These comparisons to Monaco are familiar to anyone who’s watched the explosion of street races on the F1 calendar in recent years. By this point, series should be used to lofty promises and expectations failing to be met. The difference is, this time it worked.
The first Grand Prix of Long Beach was a Formula 5000 proof-of-concept in 1975, but the second was a fully-fledged F1 race. Clay Regazzoni in a Ferrari won the inaugural United States Grand Prix West.
In its eight years as a World Championship race, Long Beach winners included Gilles Villeneuve, Nelson Piquet and Niki Lauda in addition to Mario Andretti, whose 1977 victory remains the most recent for an American driver on American soil. John Watson’s victory in 1983, the last F1 race at the circuit, set an F1 record that is unlikely to be beaten. The Englishman climbed to the top step of the podium after starting 22nd.
The track layout changed several times in Long Beach’s F1 era, with the biggest being the shift in the location of the start/finish line from Ocean Avenue to the now-iconic sweeping right on Shoreline Drive. The circuit has always been tricky, its rough surface and narrow width punishing machinery and challenging drivers despite generally pleasant weather.
For 1984, citing rising costs, Pook switched the race to an IndyCar event. In its first edition under CART rules, Andretti became the first multi-time winner of the race, a stat he backed up in two of the next three Long Beach races. His son Michael Andretti earned his first career IndyCar win at the track in 1986, breaking up his father’s streak, before Al Unser Jr. took the reins in 1988, winning four in a row and six of the next eight.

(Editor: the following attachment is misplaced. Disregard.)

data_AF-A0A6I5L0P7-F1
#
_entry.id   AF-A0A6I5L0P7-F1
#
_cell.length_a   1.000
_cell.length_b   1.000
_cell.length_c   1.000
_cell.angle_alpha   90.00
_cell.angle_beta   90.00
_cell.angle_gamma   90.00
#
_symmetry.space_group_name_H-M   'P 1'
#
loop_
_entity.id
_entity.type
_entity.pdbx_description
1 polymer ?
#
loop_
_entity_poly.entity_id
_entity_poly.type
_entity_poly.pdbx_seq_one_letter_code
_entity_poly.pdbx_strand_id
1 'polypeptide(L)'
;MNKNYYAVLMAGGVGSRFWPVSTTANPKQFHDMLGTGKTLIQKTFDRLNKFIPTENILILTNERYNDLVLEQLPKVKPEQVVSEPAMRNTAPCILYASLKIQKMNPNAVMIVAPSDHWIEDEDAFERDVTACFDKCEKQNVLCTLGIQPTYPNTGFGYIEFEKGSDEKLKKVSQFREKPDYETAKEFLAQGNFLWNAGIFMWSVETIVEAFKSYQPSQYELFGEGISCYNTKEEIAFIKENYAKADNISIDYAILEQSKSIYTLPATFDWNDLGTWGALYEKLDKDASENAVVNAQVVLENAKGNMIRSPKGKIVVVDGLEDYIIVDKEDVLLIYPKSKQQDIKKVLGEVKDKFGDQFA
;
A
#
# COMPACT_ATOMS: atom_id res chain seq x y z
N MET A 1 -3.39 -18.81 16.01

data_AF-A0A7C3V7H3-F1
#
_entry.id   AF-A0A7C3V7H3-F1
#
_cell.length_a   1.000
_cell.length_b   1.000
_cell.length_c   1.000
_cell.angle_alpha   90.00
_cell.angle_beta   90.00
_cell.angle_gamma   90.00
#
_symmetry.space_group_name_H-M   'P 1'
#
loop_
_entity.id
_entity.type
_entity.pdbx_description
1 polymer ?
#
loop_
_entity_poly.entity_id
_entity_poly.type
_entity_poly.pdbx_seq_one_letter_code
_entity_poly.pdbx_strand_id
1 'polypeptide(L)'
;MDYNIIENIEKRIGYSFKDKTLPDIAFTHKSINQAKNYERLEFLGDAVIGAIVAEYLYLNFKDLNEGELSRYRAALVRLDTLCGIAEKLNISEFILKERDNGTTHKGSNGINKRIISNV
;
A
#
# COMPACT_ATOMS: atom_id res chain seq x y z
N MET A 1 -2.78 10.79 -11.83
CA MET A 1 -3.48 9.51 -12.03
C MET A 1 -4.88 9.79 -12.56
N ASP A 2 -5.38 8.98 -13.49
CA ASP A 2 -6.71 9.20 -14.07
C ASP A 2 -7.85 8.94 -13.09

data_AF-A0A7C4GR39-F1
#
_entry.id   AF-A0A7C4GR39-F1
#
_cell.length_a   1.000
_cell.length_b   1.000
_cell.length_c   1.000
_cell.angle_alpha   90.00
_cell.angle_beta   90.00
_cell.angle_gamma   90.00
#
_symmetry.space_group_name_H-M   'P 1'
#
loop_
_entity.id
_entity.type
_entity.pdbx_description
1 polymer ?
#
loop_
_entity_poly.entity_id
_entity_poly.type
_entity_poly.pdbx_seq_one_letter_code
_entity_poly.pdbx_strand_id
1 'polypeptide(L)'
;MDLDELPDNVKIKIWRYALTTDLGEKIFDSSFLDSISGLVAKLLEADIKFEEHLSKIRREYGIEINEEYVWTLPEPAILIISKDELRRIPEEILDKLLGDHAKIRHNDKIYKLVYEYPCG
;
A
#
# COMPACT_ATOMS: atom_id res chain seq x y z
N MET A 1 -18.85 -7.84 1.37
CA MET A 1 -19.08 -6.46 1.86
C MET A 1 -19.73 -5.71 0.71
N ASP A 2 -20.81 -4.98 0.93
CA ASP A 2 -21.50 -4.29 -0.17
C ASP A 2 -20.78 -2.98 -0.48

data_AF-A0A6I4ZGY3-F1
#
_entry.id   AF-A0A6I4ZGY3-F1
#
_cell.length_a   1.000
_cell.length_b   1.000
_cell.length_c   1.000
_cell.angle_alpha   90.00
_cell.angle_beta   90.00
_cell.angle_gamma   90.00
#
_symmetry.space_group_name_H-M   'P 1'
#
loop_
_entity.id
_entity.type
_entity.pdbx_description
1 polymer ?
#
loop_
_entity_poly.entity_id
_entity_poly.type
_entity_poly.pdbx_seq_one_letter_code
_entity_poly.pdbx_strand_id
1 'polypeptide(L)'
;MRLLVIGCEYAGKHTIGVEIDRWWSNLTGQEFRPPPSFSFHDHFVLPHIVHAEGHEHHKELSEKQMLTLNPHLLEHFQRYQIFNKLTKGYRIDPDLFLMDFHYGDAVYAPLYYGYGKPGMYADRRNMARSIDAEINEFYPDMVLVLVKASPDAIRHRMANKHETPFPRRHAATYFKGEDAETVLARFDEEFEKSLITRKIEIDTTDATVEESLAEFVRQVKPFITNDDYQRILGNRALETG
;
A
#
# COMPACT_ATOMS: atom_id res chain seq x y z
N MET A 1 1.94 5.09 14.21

The list of winners in the CART era is a who’s who of IndyCar legends: two Andrettis, ‘Little Al,’ Danny Sullivan, Paul Tracy, Jimmy Vasser, Alex Zanardi, Juan Pablo Montoya, and Castroneves. It was this consistent presence on the CART schedule, along with its star-making power (Andretti, Tracy and Montoya won their first IndyCar races at Long Beach) that transformed the event into more than just another street race. It certainly didn’t hurt that the city of Long Beach grew in prestige alongside its biggest sporting event.
In 1999, road construction forced another layout change, and the famous fountain section was added to the track for the first time.
One year later, the circuit reached its final form, the one that has remained for the last 22 years: start on Shoreline drive, passing zone into the Turn 1 left-hander, narrow fountain section that starts to open up as cars pass the convention center, and the final, fearsome hairpin in the Aquarium of the Pacific parking lot which is, for my money, the best place to sit and watch the action.
Still, 2003 was the decisive year in the history of the open-wheel Split, as most of the big-name teams and drivers defected to the IRL, leaving CART in bankruptcy. But the Long Beach Grand Prix continued, and with no Indy 500 on its schedule, became the de facto Crown Jewel of the new Champ Car World Series.